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An LGBT take on a Poe classic
by Scott C. Morgan, Windy City Times

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Edgar Allan Poe's spooky short story The Fall of the House of Usher is well known to classic horror fans, but it probably isn't on the lists of LGBT readers who like to read between the lines of 19th-century literature for coded queer references or liaisons.

However, The Fall of the House of Usher as an opera is entirely a different matter.

According to Los Angeles-based out director Ken Cazan, the 1987 operatic adaptation of The Fall of the House of Usher by composer Philip Glass and librettist Arthur Yorinks makes an interpretive case that a once-unrequited same-sex love affair is central to Poe's classic story.

Windy City audiences will get a chance to see how much homoeroticism The Fall of the House of Usher can stand when Chicago Opera Theatre presents four performances of the work at Millennium Park's Harris Theater for Music and Dance starting Saturday, Feb. 23. The same production received largely rave reviews in California earlier this year at Long Beach Opera, the other company run by Chicago Opera Theater's new incoming general director and conductor Andreas Mitisek.

Now Cazan is not typically known for imposing extreme directorial interpretations on operatic works the way that many modern-day European opera productions often require pages and pages of director's notes in the program to explain the far-out concept onstage. Instead, Cazan likes to go to the sources of the works and to study the performance materials.

"Once I got the music and I read the libretto, I thought, 'Oh my!'" said Cazan during a telephone interview from California.

Poe's original short story involves a sickly bachelor named Roderick Usher, his deathly ill spinster sister, Madeline, and the male narrator named William who visits their ghostly mansion which is on the verge of both a familial and physical collapse.

Poe never goes into the exact detail about Roderick and the narrator's past relationship. Yet Cazan feels that Glass and Yorinks wanted to update the tale a bit by adding the gay angle and increasing the dramatic stakes.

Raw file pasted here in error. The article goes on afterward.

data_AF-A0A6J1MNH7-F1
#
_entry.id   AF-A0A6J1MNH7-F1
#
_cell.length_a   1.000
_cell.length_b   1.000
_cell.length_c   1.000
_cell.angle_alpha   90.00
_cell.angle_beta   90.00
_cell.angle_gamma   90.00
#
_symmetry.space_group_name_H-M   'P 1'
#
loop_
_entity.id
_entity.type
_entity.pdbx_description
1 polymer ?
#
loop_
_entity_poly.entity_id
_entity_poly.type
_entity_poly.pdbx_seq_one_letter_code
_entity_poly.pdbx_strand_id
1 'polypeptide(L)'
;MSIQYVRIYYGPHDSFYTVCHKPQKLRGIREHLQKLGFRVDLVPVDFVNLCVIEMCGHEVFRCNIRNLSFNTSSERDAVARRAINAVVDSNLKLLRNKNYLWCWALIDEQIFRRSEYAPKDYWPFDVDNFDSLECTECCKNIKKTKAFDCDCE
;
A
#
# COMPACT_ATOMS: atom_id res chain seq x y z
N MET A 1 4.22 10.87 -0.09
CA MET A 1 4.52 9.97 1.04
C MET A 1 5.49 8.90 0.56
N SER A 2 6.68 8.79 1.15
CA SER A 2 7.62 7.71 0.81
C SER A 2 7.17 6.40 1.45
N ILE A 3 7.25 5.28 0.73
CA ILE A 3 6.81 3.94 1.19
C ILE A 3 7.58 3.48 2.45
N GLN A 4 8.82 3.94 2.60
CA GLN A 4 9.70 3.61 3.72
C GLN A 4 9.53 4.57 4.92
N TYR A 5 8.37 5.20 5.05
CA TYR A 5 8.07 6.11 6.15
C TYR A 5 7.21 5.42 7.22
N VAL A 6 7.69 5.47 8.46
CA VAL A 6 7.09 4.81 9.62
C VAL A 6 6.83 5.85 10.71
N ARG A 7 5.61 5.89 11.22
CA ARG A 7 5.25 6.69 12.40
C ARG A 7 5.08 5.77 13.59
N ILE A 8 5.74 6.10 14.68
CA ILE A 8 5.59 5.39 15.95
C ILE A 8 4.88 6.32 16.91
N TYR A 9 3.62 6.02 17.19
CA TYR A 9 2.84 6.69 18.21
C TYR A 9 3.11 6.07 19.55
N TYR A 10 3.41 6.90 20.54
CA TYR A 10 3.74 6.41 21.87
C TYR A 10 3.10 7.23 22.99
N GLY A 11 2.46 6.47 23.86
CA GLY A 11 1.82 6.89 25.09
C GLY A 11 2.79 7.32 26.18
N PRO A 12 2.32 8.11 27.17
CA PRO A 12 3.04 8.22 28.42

"I tend to go with my first instincts on pieces and I did with this," Cazan said, noting that Roderick is described as being sensitive to everything, and that he's facing enormous pressure to continue the House of Usher by producing a male heir—a great difficulty if you're a homosexual.

There are also musical clues to this gay interpretation according to Cazan, particularly in Roderick's inciting letter-writing sequence (updated in this production to a desperate email) to William asking him to come and visit.

"It wraps up as the music starts to build to a crescendo, and (Roderick sings out to William) 'I need you!'" said Cazan, who also notes that William, too, sings about his apprehensive hopes for returned affections from Roderick.

Glass and Yorinks' decision to only give the sister one word to sing (an "ah") made Cazan decide not to leave her as a disembodied voice offstage, but to be a nearly omnipresent and hovering ghostly presence. Cazan also says Madeline could also potentially symbolize a feminine side of Roderick that he has long repressed due to social graces and family expectations.

Cazan is glad to once again return to Chicago Opera Theater, where he has previously directed works like the double bill of Duke Bluebeard's Castle with Erwartung, Shining Brow and two late Britten works: Death in Venice and Owen Wingrave.

But Cazan is eager to see if The Fall of the House of Usher will repeat the success that it had in California, especially since it's the same physical production and it features the same leading performers who will hopefully only have deepened their characterizations for the Chicago run.

"The response to this particular production out here has been overwhelmingly gratifying," Cazan said, adding that "people have come up to me at the theater in tears" going on about how moved they were by the work.

Chicago Opera Theater's production of The Fall of the House of Usher plays Millennium Park's Harris Theater for Music and Dance, 205 E. Randolph St. Performances are at 7:30 p.m. Saturday, Feb. 23, Wednesday, Feb. 27 and Friday, March 1, with a 2 p.m. matinee on Sunday, Feb. 24. Tickets are $35-$125. Call 312-704-8414 or visit for more information.

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